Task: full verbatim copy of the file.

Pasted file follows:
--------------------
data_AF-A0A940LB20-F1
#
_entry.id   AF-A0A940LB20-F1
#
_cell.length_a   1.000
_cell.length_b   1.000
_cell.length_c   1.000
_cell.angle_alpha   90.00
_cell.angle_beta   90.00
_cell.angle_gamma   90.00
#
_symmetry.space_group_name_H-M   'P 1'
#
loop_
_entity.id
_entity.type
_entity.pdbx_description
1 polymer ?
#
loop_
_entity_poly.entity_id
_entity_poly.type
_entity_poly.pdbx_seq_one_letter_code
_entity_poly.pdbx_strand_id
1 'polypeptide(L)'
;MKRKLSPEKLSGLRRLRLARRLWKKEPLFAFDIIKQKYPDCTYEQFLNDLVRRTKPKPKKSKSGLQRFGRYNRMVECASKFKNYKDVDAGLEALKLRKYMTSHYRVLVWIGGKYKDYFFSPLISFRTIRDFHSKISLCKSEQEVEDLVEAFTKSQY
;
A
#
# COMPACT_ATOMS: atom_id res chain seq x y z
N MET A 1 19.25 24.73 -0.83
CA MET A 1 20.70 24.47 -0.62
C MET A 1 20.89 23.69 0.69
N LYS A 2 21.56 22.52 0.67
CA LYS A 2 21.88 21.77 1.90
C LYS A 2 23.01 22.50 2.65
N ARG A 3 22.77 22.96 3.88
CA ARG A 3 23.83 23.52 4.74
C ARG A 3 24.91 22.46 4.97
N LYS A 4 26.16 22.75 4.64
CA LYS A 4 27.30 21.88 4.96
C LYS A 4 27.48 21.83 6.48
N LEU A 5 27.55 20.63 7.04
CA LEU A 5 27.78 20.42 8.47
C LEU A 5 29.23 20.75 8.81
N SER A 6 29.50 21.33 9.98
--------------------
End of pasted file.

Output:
data_AF-A0A940LB20-F1
#
_entry.id   AF-A0A940LB20-F1
#
_cell.length_a   1.000
_cell.length_b   1.000
_cell.length_c   1.000
_cell.angle_alpha   90.00
_cell.angle_beta   90.00
_cell.angle_gamma   90.00
#
_symmetry.space_group_name_H-M   'P 1'
#
loop_
_entity.id
_entity.type
_entity.pdbx_description
1 polymer ?
#
loop_
_entity_poly.entity_id
_entity_poly.type
_entity_poly.pdbx_seq_one_letter_code
_entity_poly.pdbx_strand_id
1 'polypeptide(L)'
;MKRKLSPEKLSGLRRLRLARRLWKKEPLFAFDIIKQKYPDCTYEQFLNDLVRRTKPKPKKSKSGLQRFGRYNRMVECASKFKNYKDVDAGLEALKLRKYMTSHYRVLVWIGGKYKDYFFSPLISFRTIRDFHSKISLCKSEQEVEDLVEAFTKSQY
;
A
#
# COMPACT_ATOMS: atom_id res chain seq x y z
N MET A 1 19.25 24.73 -0.83
CA MET A 1 20.70 24.47 -0.62
C MET A 1 20.89 23.69 0.69
N LYS A 2 21.56 22.52 0.67
CA LYS A 2 21.88 21.77 1.90
C LYS A 2 23.01 22.50 2.65
N ARG A 3 22.77 22.96 3.88
CA ARG A 3 23.83 23.52 4.74
C ARG A 3 24.91 22.46 4.97
N LYS A 4 26.16 22.75 4.64
CA LYS A 4 27.30 21.88 4.96
C LYS A 4 27.48 21.83 6.48
N LEU A 5 27.55 20.63 7.04
CA LEU A 5 27.78 20.42 8.47
C LEU A 5 29.23 20.75 8.81
N SER A 6 29.50 21.33 9.98